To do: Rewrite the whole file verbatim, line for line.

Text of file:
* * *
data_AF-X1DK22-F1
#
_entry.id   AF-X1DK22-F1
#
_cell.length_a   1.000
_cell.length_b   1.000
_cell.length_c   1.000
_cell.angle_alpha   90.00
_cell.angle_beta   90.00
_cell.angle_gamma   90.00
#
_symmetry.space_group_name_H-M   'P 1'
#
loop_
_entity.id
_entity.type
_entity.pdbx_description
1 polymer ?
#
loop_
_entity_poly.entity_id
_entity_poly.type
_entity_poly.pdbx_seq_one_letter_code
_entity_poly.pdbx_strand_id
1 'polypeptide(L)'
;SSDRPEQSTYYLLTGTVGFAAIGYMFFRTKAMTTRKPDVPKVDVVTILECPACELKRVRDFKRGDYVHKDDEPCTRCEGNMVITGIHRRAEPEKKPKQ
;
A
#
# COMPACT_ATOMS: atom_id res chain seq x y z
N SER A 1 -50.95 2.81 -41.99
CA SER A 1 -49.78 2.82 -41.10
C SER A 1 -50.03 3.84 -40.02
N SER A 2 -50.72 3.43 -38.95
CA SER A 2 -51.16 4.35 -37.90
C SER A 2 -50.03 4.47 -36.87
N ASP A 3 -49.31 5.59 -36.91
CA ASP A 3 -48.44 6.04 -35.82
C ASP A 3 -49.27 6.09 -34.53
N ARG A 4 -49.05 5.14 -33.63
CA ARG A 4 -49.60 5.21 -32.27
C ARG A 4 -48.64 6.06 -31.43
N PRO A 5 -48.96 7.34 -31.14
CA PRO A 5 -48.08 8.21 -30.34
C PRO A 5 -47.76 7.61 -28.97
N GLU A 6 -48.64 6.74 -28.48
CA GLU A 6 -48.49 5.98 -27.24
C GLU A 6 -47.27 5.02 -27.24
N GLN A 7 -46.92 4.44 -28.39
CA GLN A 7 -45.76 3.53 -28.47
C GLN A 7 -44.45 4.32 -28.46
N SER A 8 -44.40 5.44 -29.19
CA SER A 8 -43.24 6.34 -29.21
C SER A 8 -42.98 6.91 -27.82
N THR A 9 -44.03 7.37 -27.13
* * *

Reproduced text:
data_AF-X1DK22-F1
#
_entry.id   AF-X1DK22-F1
#
_cell.length_a   1.000
_cell.length_b   1.000
_cell.length_c   1.000
_cell.angle_alpha   90.00
_cell.angle_beta   90.00
_cell.angle_gamma   90.00
#
_symmetry.space_group_name_H-M   'P 1'
#
loop_
_entity.id
_entity.type
_entity.pdbx_description
1 polymer ?
#
loop_
_entity_poly.entity_id
_entity_poly.type
_entity_poly.pdbx_seq_one_letter_code
_entity_poly.pdbx_strand_id
1 'polypeptide(L)'
;SSDRPEQSTYYLLTGTVGFAAIGYMFFRTKAMTTRKPDVPKVDVVTILECPACELKRVRDFKRGDYVHKDDEPCTRCEGNMVITGIHRRAEPEKKPKQ
;
A
#
# COMPACT_ATOMS: atom_id res chain seq x y z
N SER A 1 -50.95 2.81 -41.99
CA SER A 1 -49.78 2.82 -41.10
C SER A 1 -50.03 3.84 -40.02
N SER A 2 -50.72 3.43 -38.95
CA SER A 2 -51.16 4.35 -37.90
C SER A 2 -50.03 4.47 -36.87
N ASP A 3 -49.31 5.59 -36.91
CA ASP A 3 -48.44 6.04 -35.82
C ASP A 3 -49.27 6.09 -34.53
N ARG A 4 -49.05 5.14 -33.63
CA ARG A 4 -49.60 5.21 -32.27
C ARG A 4 -48.64 6.06 -31.43
N PRO A 5 -48.96 7.34 -31.14
CA PRO A 5 -48.08 8.21 -30.34
C PRO A 5 -47.76 7.61 -28.97
N GLU A 6 -48.64 6.74 -28.48
CA GLU A 6 -48.49 5.98 -27.24
C GLU A 6 -47.27 5.02 -27.24
N GLN A 7 -46.92 4.44 -28.39
CA GLN A 7 -45.76 3.53 -28.47
C GLN A 7 -44.45 4.32 -28.46
N SER A 8 -44.40 5.44 -29.19
CA SER A 8 -43.24 6.34 -29.21
C SER A 8 -42.98 6.91 -27.82
N THR A 9 -44.03 7.37 -27.13